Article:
We seem to search for items in random assortments most successfully by colour (rather than eg by shape alone). Try looking for a big brass screw in a box of small grey ones). Today’s invention is a way to ensure than new screws are findable, even when tipped into a box of various random fixtures.
A small ring of paint, of a colour unique to a given design of screw, would be sprayed onto the threads (not heads) of all of the new screws of that type during production in the factory.
They could all later be tipped into one’s screws/nails/sundry small parts bin.
Looking for eg three purple screws would then be made very much easier when staring into the box.
Today’s invention is a paper-wrapped chocolate bar which contains paper-wrapped chocolate bars.
Removing the outer wrapper allows one to break the chocolate layer off the inner bars. This can be eaten, leaving the inner bars still wrapped.
Still feeling peckish? The inner bars can themselves be unwrapped, shedding chocolate to eat and another layer of wrapped bars.
This allows a block of chocolate to contain separately-flavoured interior packs as a pleasant surprise.
Also, the requirement to unwrap at each level allows one to pause, rather than devour the whole thing instantly (thereby helping overweight people limit their sweet intake, to some extent).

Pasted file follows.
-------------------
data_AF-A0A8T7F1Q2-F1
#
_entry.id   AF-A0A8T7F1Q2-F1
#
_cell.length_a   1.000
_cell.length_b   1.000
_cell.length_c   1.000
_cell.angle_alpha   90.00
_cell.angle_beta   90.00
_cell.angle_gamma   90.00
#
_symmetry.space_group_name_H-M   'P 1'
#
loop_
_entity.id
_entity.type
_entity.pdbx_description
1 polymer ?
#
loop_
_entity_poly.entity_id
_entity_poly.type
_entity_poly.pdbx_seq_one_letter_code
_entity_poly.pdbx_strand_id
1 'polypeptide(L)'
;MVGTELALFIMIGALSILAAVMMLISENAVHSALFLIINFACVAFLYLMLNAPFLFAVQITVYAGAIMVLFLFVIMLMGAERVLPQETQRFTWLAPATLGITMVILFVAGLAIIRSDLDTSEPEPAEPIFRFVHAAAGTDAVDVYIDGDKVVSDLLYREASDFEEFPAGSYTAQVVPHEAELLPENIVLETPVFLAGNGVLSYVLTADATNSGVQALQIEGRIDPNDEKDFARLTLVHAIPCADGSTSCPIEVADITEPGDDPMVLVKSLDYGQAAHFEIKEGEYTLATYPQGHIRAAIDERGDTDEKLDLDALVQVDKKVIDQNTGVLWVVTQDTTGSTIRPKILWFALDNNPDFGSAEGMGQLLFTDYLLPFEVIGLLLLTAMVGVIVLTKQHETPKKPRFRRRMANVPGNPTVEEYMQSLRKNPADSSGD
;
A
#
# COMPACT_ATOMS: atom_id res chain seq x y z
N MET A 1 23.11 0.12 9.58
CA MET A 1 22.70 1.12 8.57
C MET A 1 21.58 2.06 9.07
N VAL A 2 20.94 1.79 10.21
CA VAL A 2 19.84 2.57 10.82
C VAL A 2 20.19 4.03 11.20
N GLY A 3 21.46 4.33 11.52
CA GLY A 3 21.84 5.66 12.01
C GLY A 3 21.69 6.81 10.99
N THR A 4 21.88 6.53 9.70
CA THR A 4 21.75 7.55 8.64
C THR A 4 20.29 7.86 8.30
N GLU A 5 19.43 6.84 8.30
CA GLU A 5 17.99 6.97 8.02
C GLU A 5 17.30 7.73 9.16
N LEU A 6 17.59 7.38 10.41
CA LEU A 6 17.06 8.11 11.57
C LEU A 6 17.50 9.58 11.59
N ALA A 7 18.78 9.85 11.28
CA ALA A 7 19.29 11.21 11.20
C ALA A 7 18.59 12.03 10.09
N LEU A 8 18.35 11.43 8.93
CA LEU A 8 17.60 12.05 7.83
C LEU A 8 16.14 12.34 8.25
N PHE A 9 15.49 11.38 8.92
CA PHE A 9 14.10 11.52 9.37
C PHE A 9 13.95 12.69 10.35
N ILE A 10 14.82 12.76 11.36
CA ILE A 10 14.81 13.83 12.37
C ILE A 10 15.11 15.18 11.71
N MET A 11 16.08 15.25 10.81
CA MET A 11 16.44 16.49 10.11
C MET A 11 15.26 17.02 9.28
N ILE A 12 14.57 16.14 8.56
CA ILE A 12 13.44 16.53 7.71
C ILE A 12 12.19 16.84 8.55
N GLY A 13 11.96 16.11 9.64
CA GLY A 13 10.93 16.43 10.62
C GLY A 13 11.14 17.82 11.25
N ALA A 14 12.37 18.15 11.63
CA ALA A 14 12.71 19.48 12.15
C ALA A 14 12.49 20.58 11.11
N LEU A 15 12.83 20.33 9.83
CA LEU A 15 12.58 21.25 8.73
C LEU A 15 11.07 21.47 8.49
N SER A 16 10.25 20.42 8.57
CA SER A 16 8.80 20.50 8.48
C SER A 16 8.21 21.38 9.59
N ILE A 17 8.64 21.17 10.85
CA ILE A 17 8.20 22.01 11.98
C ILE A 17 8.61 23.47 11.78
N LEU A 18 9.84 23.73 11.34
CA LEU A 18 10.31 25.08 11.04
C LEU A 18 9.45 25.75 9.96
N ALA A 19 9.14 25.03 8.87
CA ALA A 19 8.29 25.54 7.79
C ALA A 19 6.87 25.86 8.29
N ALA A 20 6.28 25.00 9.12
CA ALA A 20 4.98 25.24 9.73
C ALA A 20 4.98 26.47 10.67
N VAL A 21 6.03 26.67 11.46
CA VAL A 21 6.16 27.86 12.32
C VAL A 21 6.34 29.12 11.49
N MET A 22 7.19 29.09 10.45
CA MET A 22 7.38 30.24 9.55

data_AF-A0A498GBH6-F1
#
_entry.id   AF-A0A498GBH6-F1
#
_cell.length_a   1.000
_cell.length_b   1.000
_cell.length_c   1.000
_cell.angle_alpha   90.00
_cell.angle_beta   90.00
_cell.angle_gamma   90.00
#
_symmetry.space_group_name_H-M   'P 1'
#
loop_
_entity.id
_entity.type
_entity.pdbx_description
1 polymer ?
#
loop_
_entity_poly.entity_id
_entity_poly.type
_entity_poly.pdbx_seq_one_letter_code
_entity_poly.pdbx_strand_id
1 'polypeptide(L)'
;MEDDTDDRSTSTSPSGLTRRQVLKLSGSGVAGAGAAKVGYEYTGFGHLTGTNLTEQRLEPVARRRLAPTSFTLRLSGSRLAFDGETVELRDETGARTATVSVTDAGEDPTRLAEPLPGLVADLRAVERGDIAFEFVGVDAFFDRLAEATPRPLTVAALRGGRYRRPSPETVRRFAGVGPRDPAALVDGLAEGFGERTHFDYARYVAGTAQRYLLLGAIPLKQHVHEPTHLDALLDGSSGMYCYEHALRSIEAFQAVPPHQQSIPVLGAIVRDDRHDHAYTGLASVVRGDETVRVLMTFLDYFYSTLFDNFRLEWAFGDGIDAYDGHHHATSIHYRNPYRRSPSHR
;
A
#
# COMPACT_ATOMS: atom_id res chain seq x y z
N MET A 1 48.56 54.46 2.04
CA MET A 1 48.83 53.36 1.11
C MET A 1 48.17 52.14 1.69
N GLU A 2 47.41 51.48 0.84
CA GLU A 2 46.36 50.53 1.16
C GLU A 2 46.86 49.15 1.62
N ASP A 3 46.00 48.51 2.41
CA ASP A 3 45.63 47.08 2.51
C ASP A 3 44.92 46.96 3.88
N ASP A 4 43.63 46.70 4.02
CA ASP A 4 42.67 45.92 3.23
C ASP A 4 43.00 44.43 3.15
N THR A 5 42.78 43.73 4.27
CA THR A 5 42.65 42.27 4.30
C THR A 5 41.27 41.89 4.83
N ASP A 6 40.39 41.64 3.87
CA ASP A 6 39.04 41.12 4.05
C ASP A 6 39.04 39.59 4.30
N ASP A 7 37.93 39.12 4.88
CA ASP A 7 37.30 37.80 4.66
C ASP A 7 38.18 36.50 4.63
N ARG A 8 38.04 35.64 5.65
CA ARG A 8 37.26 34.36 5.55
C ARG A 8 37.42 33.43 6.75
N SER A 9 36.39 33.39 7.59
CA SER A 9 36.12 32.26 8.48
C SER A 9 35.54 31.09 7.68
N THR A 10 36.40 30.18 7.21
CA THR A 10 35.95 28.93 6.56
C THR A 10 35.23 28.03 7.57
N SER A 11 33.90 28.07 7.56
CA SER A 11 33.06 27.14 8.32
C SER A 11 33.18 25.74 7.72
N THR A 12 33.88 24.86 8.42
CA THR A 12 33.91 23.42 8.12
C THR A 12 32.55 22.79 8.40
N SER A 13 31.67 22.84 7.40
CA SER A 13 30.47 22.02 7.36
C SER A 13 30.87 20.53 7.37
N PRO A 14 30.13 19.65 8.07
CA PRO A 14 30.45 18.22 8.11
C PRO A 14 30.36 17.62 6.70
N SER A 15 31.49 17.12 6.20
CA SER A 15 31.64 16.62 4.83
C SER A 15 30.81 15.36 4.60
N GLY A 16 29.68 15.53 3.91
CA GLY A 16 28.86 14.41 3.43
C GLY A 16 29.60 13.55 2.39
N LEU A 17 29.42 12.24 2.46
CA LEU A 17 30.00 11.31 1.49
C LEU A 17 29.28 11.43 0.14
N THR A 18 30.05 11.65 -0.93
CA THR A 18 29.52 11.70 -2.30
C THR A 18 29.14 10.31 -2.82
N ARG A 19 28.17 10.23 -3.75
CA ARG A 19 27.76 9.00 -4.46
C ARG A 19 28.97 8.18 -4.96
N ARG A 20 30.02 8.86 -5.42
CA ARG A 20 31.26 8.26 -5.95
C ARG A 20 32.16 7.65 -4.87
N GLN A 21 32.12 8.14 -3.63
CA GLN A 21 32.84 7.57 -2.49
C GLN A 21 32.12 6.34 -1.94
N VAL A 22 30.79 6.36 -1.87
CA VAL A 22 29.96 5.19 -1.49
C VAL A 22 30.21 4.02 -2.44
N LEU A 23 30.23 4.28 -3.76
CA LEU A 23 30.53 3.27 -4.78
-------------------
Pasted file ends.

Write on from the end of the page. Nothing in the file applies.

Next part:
(It would be possible to enrobe wrapped bars in liquid chocolate and then wrap the result -several times…thus providing an extra measure of hygiene too).
Ordinary heavy punchbags have a tendency to get compressed with use by boxers so that hitting one is like punching a bag full of bricks.
Today’s invention is a punchbag which has symmetrical ends. Each end has a zippered closure containing a set of suspension chains.
After each week’s use in a gym, the chains can be zippered into their envelope and the opposite end opened up to hang the bag.
Inverting the bag periodically should greatly lessen the hardening effect -allowing longer workouts and helping avoid injuries to hands and wrists.
Today’s invention is for parents of young children. It’s a toy-organising chest-of drawers.